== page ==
Friday, October 07, 2005

On Feeling Validated

As you know, I've had a couple of posts recently about the fact that my son wants to be something other than a Rosh Yeshiva.

Well, imagine my surprise when I opened up my copy of The Jewish Press this week, to find an article by Chananya Weissman (of EndTheMadness fame) about problems in our Yeshiva systems today. Toward the end of the article, he writes (bolding mine):

And shouldn’t we recognize that the goal of Jewish education should not be to churn out roshei yeshiva, that impressing parents with a rigorous curriculum often comes at the sacrifice of all but the most brilliant? Is it really a surprise that so many kids are turned off to Torah and Judaism? What do they really learn about either of the two?

At least I know that my voice isn't the only one out there. It's nice to know that there are others out there besides some of my blog readers (and who knows if he reads my blog?) that agree with me.

The Wolf


Mississippi Fred MacDowell said...

Many people agree with that sentiment.

The truth is though that the goal of the yeshivish yeshiva is not to "churn out roshei yeshiva" but to produce the one in a thousand who will be a godol. At least that was the goal according to R. Eliyahu Dessler (d. 1953).

BrooklynWolf said...

Maybe so, but it also shouldn't forget that the other 999 need to be educated and cared for as well and not simply ignored to focus on the one.

The Wolf

Mississippi Fred MacDowell said...

In fairness, modern yeshivas do not fully implement R. Dessler's description of the Litvish yeshiva system. After all, they do have resource room hellp, caring rabbeim, education symposiums and workshops for the teachers etc.

But don't kid yourself--there is some vestige of that goal remaining in today's yeshivish yeshivas.

Anonymous said...

I thought the goal of yeshivahs today was to produce pale-skinned, atrophied-limbed young men who know little of the outside world and even less about the history of Judaism, who are semi-literate but know enough English and math to beat the system.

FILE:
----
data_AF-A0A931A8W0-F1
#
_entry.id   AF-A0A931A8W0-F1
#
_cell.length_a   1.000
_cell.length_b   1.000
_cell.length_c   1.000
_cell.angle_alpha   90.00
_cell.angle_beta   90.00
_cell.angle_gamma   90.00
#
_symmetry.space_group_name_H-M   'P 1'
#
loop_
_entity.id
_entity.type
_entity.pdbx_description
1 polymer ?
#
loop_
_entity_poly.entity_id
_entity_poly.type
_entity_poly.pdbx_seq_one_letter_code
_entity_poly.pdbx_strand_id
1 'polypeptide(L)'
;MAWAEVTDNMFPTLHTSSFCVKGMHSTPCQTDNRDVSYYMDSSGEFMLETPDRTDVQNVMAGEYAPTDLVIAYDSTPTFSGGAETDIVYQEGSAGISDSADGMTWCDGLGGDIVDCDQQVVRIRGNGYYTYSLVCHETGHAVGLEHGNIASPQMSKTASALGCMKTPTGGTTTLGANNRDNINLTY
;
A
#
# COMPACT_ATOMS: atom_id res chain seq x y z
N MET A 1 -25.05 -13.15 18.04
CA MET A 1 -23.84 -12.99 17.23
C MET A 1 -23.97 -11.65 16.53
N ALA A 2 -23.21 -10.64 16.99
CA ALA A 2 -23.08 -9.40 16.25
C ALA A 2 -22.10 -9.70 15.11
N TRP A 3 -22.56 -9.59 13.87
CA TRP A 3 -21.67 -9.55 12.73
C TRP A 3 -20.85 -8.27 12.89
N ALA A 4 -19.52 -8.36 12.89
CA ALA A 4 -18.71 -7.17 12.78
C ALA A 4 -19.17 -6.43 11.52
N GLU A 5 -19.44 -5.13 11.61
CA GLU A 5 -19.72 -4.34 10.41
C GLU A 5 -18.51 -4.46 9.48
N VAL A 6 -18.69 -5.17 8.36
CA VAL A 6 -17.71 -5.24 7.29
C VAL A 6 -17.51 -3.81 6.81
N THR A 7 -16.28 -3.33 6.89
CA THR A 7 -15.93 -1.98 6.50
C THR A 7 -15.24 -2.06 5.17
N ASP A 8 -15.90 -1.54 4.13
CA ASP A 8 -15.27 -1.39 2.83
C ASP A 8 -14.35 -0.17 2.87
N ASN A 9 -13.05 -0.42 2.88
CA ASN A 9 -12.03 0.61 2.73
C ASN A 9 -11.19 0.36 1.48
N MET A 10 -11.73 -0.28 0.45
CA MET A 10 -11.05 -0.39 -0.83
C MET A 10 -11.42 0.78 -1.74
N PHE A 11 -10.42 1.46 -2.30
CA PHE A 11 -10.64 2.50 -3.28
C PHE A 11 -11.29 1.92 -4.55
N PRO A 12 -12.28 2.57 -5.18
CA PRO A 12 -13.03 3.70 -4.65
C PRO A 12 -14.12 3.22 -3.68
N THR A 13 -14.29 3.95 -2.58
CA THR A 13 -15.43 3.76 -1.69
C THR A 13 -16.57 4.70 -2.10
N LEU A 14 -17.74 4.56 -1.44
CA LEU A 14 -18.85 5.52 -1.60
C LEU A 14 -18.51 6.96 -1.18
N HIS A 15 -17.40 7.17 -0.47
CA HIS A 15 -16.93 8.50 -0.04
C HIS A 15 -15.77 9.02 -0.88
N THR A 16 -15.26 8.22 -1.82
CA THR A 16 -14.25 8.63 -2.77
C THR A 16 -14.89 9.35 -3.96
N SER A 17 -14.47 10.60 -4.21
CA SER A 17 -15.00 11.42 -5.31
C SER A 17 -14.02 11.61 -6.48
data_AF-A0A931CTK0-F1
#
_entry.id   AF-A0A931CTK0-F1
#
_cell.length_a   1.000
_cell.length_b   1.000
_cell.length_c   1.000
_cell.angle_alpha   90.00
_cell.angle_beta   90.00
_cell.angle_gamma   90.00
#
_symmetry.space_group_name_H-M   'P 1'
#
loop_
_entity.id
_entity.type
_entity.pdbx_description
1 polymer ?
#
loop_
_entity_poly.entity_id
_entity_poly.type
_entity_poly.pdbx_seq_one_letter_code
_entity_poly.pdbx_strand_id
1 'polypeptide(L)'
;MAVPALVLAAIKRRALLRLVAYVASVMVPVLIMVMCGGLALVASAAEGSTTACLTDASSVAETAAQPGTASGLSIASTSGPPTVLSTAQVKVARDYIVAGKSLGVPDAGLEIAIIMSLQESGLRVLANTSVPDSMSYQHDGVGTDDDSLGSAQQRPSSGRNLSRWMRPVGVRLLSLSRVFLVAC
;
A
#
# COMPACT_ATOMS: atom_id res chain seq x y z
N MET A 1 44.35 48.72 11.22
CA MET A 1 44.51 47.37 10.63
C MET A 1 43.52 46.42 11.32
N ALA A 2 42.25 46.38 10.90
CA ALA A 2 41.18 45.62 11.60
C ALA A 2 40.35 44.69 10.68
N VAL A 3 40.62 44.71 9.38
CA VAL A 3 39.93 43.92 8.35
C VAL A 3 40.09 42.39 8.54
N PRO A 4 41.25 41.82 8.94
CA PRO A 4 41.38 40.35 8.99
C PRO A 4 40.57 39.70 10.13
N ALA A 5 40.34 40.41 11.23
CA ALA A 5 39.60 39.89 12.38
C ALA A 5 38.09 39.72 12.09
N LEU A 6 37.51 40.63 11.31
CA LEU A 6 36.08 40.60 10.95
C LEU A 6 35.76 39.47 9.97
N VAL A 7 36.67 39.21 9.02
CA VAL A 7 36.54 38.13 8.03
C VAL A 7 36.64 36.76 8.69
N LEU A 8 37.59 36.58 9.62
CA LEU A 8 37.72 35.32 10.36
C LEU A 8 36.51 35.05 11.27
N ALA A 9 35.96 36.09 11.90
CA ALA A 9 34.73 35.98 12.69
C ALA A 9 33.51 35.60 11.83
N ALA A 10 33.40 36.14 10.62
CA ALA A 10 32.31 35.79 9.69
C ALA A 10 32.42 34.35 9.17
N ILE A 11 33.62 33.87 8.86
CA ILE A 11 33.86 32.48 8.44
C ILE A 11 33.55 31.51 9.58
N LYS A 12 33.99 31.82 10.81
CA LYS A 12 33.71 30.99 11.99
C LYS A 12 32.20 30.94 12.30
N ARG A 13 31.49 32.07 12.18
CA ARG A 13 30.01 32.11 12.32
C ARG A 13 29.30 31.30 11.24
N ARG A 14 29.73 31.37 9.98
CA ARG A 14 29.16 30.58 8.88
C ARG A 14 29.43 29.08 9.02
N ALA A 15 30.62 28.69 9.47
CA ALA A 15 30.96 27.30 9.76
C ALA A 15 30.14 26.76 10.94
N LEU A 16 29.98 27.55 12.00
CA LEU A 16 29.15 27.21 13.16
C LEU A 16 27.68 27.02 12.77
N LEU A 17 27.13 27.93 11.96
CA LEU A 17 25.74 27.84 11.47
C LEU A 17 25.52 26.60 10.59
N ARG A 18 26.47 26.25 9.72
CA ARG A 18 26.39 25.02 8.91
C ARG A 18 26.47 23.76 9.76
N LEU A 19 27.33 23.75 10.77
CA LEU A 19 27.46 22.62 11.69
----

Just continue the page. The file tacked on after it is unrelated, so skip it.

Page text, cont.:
Anonymous said...

I'm sorry to say it is much more than a vestige.It is said openly.
You are talking about elementary school yeshivas.

Mississippi Fred MacDowell said...

>You are talking about elementary school yeshivas.

In some places it is worse than others, granted.

PsychoToddler said...

Wolf, I wrote something about this last year here. It was more on a personal level between me and my son. I am the product of a YU education who is sending his sons to Chofetz Chaim, and I wanted to make it clear that whatever he does with his life, Rebbe or Lawyer or Artist, he needs to be a good provider for his family. I'm concerned that we're producing a generation of young men with no work ethic and an entitlement mentality, and there will be no infrastructure to support them when providers like me are gone. It is counter productive.

Anonymous said...

I don't generally pay much attention to blogs, but I came across your comments. I appreciate your support of my article, and you have some thoughtful posts here in general.

One of the previous commenters wrote the following: "I was so excited when I saw that article today! Woo hoo, now other people might respond in the letters section, or op ed, or something, in the widespread Jewish Press instead of our little blogs, and maybe something good will finally happen."

I find these remarks very troubling, and fear that they are indicative of a common mindset. Sitting back and waiting for others to write letters to the editor, articles in the newspaper, and take subsequent action is not going to get it done. YOU need to write a letter to the editor. YOU need to write the article for the paper (if you feel so strongly about the issues, why did you have to wait for me to write an article?)

Most of all, YOU need to make your opinions known to school administrators and community leaders. If everyone maintains this lemmings mentality and waits for someone else to do something braver than posting an anonymous message on a blog, nothing will ever change. I'm doing what I can -- making strong public remarks and infiltrating the chinuch system -- but those who are sympathetic need to translate words into decisive action.

Chananya Weissman

Anonymous said...


Miss S. said...

Yes I also read that article; it was very good.